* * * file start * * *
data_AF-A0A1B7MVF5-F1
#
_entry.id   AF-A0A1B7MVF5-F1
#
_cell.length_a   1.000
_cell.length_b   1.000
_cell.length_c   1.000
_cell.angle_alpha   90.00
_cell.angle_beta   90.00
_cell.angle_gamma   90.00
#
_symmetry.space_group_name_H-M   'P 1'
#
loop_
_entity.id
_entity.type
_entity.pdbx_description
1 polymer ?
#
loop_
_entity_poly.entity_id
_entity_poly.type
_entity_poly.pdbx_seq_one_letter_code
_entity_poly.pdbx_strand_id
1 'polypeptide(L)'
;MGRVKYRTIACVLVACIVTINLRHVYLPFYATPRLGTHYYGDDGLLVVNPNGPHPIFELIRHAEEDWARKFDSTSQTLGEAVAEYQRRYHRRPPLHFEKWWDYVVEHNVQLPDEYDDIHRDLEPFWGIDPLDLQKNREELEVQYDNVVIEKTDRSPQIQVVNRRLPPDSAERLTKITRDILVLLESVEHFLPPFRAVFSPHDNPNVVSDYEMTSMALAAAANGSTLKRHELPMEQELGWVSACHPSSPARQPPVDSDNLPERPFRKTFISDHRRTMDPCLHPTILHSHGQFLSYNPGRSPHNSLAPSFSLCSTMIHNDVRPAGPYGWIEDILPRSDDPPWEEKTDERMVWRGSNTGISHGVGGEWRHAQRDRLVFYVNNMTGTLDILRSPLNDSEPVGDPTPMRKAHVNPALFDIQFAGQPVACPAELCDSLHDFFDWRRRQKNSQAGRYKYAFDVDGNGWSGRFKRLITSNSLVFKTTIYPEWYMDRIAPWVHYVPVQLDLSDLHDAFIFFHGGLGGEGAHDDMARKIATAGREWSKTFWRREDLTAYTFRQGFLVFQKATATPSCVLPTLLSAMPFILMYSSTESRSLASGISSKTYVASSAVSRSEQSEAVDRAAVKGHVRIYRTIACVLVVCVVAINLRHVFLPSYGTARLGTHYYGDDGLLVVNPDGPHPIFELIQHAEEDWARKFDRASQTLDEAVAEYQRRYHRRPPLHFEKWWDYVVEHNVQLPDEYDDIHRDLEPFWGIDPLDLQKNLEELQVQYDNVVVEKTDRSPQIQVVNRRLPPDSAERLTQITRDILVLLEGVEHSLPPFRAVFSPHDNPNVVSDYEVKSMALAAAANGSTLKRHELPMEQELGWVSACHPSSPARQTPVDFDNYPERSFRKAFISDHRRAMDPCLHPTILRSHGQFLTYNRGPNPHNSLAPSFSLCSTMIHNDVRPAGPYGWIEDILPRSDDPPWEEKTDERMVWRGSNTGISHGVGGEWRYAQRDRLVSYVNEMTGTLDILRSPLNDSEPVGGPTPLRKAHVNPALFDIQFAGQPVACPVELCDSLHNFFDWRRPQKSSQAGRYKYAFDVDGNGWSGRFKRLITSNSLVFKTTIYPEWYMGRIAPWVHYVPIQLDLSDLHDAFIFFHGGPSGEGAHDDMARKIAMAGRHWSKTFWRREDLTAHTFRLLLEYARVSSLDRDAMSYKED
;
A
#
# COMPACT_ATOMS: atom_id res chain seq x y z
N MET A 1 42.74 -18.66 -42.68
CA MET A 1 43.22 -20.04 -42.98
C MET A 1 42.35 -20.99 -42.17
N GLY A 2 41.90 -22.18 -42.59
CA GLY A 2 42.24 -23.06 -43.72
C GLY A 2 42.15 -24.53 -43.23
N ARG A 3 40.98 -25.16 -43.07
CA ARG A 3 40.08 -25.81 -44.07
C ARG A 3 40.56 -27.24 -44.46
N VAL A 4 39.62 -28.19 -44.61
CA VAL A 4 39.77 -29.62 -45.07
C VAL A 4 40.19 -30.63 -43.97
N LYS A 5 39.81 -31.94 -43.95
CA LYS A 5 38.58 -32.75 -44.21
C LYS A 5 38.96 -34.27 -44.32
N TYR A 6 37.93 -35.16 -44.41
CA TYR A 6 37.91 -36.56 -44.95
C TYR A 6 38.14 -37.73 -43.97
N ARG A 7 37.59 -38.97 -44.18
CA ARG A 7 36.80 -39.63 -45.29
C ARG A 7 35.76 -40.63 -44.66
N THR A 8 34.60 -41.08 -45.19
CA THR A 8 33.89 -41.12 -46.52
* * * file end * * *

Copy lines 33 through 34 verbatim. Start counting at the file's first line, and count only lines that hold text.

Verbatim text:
C MET A 1 42.35 -20.99 -42.17
N GLY A 2 41.90 -22.18 -42.59